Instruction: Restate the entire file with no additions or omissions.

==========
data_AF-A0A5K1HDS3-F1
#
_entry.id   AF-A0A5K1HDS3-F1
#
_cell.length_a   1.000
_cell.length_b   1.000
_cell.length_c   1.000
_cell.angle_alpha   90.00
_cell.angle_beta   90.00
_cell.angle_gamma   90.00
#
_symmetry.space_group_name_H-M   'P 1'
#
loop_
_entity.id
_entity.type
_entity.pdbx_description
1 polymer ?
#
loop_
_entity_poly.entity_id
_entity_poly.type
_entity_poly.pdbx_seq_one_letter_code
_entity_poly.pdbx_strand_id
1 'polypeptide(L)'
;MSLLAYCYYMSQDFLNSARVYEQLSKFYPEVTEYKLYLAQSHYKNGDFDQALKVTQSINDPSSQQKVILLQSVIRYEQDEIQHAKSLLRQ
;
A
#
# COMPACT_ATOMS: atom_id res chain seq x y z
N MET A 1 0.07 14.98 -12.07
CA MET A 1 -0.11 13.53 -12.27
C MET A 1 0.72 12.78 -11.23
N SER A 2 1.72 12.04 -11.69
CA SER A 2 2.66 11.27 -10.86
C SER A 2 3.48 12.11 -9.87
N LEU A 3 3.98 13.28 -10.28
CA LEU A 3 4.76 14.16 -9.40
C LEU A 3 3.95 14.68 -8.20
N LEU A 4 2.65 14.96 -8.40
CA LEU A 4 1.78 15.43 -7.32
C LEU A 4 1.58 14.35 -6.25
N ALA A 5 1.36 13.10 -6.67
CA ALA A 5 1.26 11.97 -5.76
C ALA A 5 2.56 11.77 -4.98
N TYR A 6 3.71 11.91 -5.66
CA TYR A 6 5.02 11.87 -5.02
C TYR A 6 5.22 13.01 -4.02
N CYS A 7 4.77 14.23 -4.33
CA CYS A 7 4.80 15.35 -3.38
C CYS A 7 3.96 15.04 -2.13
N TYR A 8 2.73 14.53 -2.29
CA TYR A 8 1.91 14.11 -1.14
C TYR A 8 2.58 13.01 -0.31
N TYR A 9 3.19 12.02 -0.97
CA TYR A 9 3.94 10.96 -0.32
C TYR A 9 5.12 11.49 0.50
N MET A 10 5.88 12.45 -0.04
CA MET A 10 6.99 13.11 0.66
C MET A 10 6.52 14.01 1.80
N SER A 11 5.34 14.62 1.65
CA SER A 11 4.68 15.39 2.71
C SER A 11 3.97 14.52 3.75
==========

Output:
data_AF-A0A5K1HDS3-F1
#
_entry.id   AF-A0A5K1HDS3-F1
#
_cell.length_a   1.000
_cell.length_b   1.000
_cell.length_c   1.000
_cell.angle_alpha   90.00
_cell.angle_beta   90.00
_cell.angle_gamma   90.00
#
_symmetry.space_group_name_H-M   'P 1'
#
loop_
_entity.id
_entity.type
_entity.pdbx_description
1 polymer ?
#
loop_
_entity_poly.entity_id
_entity_poly.type
_entity_poly.pdbx_seq_one_letter_code
_entity_poly.pdbx_strand_id
1 'polypeptide(L)'
;MSLLAYCYYMSQDFLNSARVYEQLSKFYPEVTEYKLYLAQSHYKNGDFDQALKVTQSINDPSSQQKVILLQSVIRYEQDEIQHAKSLLRQ
;
A
#
# COMPACT_ATOMS: atom_id res chain seq x y z
N MET A 1 0.07 14.98 -12.07
CA MET A 1 -0.11 13.53 -12.27
C MET A 1 0.72 12.78 -11.23
N SER A 2 1.72 12.04 -11.69
CA SER A 2 2.66 11.27 -10.86
C SER A 2 3.48 12.11 -9.87
N LEU A 3 3.98 13.28 -10.28
CA LEU A 3 4.76 14.16 -9.40
C LEU A 3 3.95 14.68 -8.20
N LEU A 4 2.65 14.96 -8.40
CA LEU A 4 1.78 15.43 -7.32
C LEU A 4 1.58 14.35 -6.25
N ALA A 5 1.36 13.10 -6.67
CA ALA A 5 1.26 11.97 -5.76
C ALA A 5 2.56 11.77 -4.98
N TYR A 6 3.71 11.91 -5.66
CA TYR A 6 5.02 11.87 -5.02
C TYR A 6 5.22 13.01 -4.02
N CYS A 7 4.77 14.23 -4.33
CA CYS A 7 4.80 15.35 -3.38
C CYS A 7 3.96 15.04 -2.13
N TYR A 8 2.73 14.53 -2.29
CA TYR A 8 1.91 14.11 -1.14
C TYR A 8 2.58 13.01 -0.31
N TYR A 9 3.19 12.02 -0.97
CA TYR A 9 3.94 10.96 -0.32
C TYR A 9 5.12 11.49 0.50
N MET A 10 5.88 12.45 -0.04
CA MET A 10 6.99 13.11 0.66
C MET A 10 6.52 14.01 1.80
N SER A 11 5.34 14.62 1.65
CA SER A 11 4.68 15.39 2.71
C SER A 11 3.97 14.52 3.75